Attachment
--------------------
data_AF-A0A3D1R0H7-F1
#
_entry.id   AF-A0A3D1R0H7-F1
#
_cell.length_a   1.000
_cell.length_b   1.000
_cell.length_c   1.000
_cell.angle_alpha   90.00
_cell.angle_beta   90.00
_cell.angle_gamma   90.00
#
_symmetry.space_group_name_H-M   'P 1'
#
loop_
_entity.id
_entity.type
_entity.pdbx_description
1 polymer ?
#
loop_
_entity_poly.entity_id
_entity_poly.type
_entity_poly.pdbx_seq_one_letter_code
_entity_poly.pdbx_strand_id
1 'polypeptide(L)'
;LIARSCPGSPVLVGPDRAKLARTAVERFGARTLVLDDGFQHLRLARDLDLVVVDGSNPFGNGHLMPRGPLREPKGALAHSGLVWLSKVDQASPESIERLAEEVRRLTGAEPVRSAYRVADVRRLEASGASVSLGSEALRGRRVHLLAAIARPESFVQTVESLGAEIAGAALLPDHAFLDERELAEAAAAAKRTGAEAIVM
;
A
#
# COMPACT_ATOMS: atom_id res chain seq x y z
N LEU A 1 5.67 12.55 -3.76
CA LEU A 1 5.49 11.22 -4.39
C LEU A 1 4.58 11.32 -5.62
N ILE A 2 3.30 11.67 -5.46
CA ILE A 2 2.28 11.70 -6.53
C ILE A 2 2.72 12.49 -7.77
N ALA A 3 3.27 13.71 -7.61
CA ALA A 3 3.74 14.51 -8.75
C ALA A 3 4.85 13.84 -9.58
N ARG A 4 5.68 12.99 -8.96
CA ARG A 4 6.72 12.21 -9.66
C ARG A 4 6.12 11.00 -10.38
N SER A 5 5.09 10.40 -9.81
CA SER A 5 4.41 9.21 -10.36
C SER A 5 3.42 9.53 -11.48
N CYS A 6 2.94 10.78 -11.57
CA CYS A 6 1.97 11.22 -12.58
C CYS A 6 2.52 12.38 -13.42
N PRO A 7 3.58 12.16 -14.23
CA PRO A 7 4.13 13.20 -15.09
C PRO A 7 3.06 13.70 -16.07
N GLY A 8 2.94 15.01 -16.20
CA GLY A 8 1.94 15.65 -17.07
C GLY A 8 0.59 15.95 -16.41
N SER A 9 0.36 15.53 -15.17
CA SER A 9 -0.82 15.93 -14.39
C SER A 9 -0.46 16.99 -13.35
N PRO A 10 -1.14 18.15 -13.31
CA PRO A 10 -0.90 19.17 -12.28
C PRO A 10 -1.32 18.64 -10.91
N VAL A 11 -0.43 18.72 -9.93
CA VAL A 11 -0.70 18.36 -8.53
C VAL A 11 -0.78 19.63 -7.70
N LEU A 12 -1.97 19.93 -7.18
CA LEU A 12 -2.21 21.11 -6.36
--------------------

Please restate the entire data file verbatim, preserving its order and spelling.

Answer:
data_AF-A0A3D1R0H7-F1
#
_entry.id   AF-A0A3D1R0H7-F1
#
_cell.length_a   1.000
_cell.length_b   1.000
_cell.length_c   1.000
_cell.angle_alpha   90.00
_cell.angle_beta   90.00
_cell.angle_gamma   90.00
#
_symmetry.space_group_name_H-M   'P 1'
#
loop_
_entity.id
_entity.type
_entity.pdbx_description
1 polymer ?
#
loop_
_entity_poly.entity_id
_entity_poly.type
_entity_poly.pdbx_seq_one_letter_code
_entity_poly.pdbx_strand_id
1 'polypeptide(L)'
;LIARSCPGSPVLVGPDRAKLARTAVERFGARTLVLDDGFQHLRLARDLDLVVVDGSNPFGNGHLMPRGPLREPKGALAHSGLVWLSKVDQASPESIERLAEEVRRLTGAEPVRSAYRVADVRRLEASGASVSLGSEALRGRRVHLLAAIARPESFVQTVESLGAEIAGAALLPDHAFLDERELAEAAAAAKRTGAEAIVM
;
A
#
# COMPACT_ATOMS: atom_id res chain seq x y z
N LEU A 1 5.67 12.55 -3.76
CA LEU A 1 5.49 11.22 -4.39
C LEU A 1 4.58 11.32 -5.62
N ILE A 2 3.30 11.67 -5.46
CA ILE A 2 2.28 11.70 -6.53
C ILE A 2 2.72 12.49 -7.77
N ALA A 3 3.27 13.71 -7.61
CA ALA A 3 3.74 14.51 -8.75
C ALA A 3 4.85 13.84 -9.58
N ARG A 4 5.68 12.99 -8.96
CA ARG A 4 6.72 12.21 -9.66
C ARG A 4 6.12 11.00 -10.38
N SER A 5 5.09 10.40 -9.81
CA SER A 5 4.41 9.21 -10.36
C SER A 5 3.42 9.53 -11.48
N CYS A 6 2.94 10.78 -11.57
CA CYS A 6 1.97 11.22 -12.58
C CYS A 6 2.52 12.38 -13.42
N PRO A 7 3.58 12.16 -14.23
CA PRO A 7 4.13 13.20 -15.09
C PRO A 7 3.06 13.70 -16.07
N GLY A 8 2.94 15.01 -16.20
CA GLY A 8 1.94 15.65 -17.07
C GLY A 8 0.59 15.95 -16.41
N SER A 9 0.36 15.53 -15.17
CA SER A 9 -0.82 15.93 -14.39
C SER A 9 -0.46 16.99 -13.35
N PRO A 10 -1.14 18.15 -13.31
CA PRO A 10 -0.90 19.17 -12.28
C PRO A 10 -1.32 18.64 -10.91
N VAL A 11 -0.43 18.72 -9.93
CA VAL A 11 -0.70 18.36 -8.53
C VAL A 11 -0.78 19.63 -7.70
N LEU A 12 -1.97 19.93 -7.18
CA LEU A 12 -2.21 21.11 -6.36